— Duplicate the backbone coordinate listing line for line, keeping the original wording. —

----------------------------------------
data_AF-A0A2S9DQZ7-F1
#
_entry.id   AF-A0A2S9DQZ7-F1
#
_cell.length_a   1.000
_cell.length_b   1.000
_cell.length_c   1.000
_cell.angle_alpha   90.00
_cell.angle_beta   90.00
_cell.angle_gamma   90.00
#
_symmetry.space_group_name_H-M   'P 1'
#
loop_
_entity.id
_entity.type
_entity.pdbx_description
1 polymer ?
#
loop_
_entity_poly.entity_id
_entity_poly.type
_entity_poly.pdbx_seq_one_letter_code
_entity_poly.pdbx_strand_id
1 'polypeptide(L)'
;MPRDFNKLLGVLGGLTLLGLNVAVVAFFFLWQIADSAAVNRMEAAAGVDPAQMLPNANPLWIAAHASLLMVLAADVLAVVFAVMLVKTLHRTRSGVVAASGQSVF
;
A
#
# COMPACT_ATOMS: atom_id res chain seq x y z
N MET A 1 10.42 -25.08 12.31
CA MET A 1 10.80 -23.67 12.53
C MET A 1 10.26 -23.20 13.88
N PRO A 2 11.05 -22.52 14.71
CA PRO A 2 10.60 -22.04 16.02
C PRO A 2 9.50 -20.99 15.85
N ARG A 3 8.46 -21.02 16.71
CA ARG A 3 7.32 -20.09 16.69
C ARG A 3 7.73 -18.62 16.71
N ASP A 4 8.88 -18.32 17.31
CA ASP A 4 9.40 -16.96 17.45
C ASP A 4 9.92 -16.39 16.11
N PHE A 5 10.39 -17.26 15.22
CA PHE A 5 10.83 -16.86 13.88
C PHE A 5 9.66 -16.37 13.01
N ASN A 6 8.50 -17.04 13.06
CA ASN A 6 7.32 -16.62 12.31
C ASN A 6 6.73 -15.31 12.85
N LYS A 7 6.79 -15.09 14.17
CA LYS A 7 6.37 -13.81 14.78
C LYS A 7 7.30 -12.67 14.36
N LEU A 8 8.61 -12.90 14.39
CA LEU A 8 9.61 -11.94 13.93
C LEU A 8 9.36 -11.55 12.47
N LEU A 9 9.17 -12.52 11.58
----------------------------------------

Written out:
data_AF-A0A2S9DQZ7-F1
#
_entry.id   AF-A0A2S9DQZ7-F1
#
_cell.length_a   1.000
_cell.length_b   1.000
_cell.length_c   1.000
_cell.angle_alpha   90.00
_cell.angle_beta   90.00
_cell.angle_gamma   90.00
#
_symmetry.space_group_name_H-M   'P 1'
#
loop_
_entity.id
_entity.type
_entity.pdbx_description
1 polymer ?
#
loop_
_entity_poly.entity_id
_entity_poly.type
_entity_poly.pdbx_seq_one_letter_code
_entity_poly.pdbx_strand_id
1 'polypeptide(L)'
;MPRDFNKLLGVLGGLTLLGLNVAVVAFFFLWQIADSAAVNRMEAAAGVDPAQMLPNANPLWIAAHASLLMVLAADVLAVVFAVMLVKTLHRTRSGVVAASGQSVF
;
A
#
# COMPACT_ATOMS: atom_id res chain seq x y z
N MET A 1 10.42 -25.08 12.31
CA MET A 1 10.80 -23.67 12.53
C MET A 1 10.26 -23.20 13.88
N PRO A 2 11.05 -22.52 14.71
CA PRO A 2 10.60 -22.04 16.02
C PRO A 2 9.50 -20.99 15.85
N ARG A 3 8.46 -21.02 16.71
CA ARG A 3 7.32 -20.09 16.69
C ARG A 3 7.73 -18.62 16.71
N ASP A 4 8.88 -18.32 17.31
CA ASP A 4 9.40 -16.96 17.45
C ASP A 4 9.92 -16.39 16.11
N PHE A 5 10.39 -17.26 15.22
CA PHE A 5 10.83 -16.86 13.88
C PHE A 5 9.66 -16.37 13.01
N ASN A 6 8.50 -17.04 13.06
CA ASN A 6 7.32 -16.62 12.31
C ASN A 6 6.73 -15.31 12.85
N LYS A 7 6.79 -15.09 14.17
CA LYS A 7 6.37 -13.81 14.78
C LYS A 7 7.30 -12.67 14.36
N LEU A 8 8.61 -12.90 14.39
CA LEU A 8 9.61 -11.94 13.93
C LEU A 8 9.36 -11.55 12.47
N LEU A 9 9.17 -12.52 11.58